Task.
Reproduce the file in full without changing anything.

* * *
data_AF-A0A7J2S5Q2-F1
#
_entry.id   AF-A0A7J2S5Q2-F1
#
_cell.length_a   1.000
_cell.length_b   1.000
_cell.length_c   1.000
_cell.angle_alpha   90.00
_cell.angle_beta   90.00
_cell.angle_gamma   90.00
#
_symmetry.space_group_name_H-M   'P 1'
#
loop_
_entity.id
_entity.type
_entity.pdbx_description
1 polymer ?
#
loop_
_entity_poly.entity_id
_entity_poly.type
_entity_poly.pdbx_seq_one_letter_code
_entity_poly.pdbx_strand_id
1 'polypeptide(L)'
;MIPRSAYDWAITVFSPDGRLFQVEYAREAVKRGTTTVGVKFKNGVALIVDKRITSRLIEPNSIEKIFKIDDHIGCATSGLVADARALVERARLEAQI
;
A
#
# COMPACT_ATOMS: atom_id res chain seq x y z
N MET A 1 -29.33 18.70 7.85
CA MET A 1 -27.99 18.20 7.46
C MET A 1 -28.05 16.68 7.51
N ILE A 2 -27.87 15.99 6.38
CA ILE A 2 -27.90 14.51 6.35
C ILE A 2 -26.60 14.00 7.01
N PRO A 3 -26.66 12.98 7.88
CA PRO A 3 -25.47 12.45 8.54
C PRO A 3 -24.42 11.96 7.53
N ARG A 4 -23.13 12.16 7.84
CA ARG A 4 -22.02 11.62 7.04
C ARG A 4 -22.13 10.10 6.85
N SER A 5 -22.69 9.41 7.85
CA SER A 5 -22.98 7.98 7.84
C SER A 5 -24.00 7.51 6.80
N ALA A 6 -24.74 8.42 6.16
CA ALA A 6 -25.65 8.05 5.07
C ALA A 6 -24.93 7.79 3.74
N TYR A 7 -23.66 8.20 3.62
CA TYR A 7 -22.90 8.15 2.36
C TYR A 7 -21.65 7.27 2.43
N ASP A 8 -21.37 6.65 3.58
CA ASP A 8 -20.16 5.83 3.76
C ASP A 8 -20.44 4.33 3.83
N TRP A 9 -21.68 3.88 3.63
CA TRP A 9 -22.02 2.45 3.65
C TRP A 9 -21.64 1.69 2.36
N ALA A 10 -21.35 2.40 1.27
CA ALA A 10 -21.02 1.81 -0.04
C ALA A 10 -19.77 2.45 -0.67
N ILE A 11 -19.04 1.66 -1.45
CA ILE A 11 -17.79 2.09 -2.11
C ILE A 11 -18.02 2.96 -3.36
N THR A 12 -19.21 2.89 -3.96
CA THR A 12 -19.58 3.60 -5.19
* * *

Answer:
data_AF-A0A7J2S5Q2-F1
#
_entry.id   AF-A0A7J2S5Q2-F1
#
_cell.length_a   1.000
_cell.length_b   1.000
_cell.length_c   1.000
_cell.angle_alpha   90.00
_cell.angle_beta   90.00
_cell.angle_gamma   90.00
#
_symmetry.space_group_name_H-M   'P 1'
#
loop_
_entity.id
_entity.type
_entity.pdbx_description
1 polymer ?
#
loop_
_entity_poly.entity_id
_entity_poly.type
_entity_poly.pdbx_seq_one_letter_code
_entity_poly.pdbx_strand_id
1 'polypeptide(L)'
;MIPRSAYDWAITVFSPDGRLFQVEYAREAVKRGTTTVGVKFKNGVALIVDKRITSRLIEPNSIEKIFKIDDHIGCATSGLVADARALVERARLEAQI
;
A
#
# COMPACT_ATOMS: atom_id res chain seq x y z
N MET A 1 -29.33 18.70 7.85
CA MET A 1 -27.99 18.20 7.46
C MET A 1 -28.05 16.68 7.51
N ILE A 2 -27.87 15.99 6.38
CA ILE A 2 -27.90 14.51 6.35
C ILE A 2 -26.60 14.00 7.01
N PRO A 3 -26.66 12.98 7.88
CA PRO A 3 -25.47 12.45 8.54
C PRO A 3 -24.42 11.96 7.53
N ARG A 4 -23.13 12.16 7.84
CA ARG A 4 -22.02 11.62 7.04
C ARG A 4 -22.13 10.10 6.85
N SER A 5 -22.69 9.41 7.85
CA SER A 5 -22.98 7.98 7.84
C SER A 5 -24.00 7.51 6.80
N ALA A 6 -24.74 8.42 6.16
CA ALA A 6 -25.65 8.05 5.07
C ALA A 6 -24.93 7.79 3.74
N TYR A 7 -23.66 8.20 3.62
CA TYR A 7 -22.90 8.15 2.36
C TYR A 7 -21.65 7.27 2.43
N ASP A 8 -21.37 6.65 3.58
CA ASP A 8 -20.16 5.83 3.76
C ASP A 8 -20.44 4.33 3.83
N TRP A 9 -21.68 3.88 3.63
CA TRP A 9 -22.02 2.45 3.65
C TRP A 9 -21.64 1.69 2.36
N ALA A 10 -21.35 2.40 1.27
CA ALA A 10 -21.02 1.81 -0.04
C ALA A 10 -19.77 2.45 -0.67
N ILE A 11 -19.04 1.66 -1.45
CA ILE A 11 -17.79 2.09 -2.11
C ILE A 11 -18.02 2.96 -3.36
N THR A 12 -19.21 2.89 -3.96
CA THR A 12 -19.58 3.60 -5.19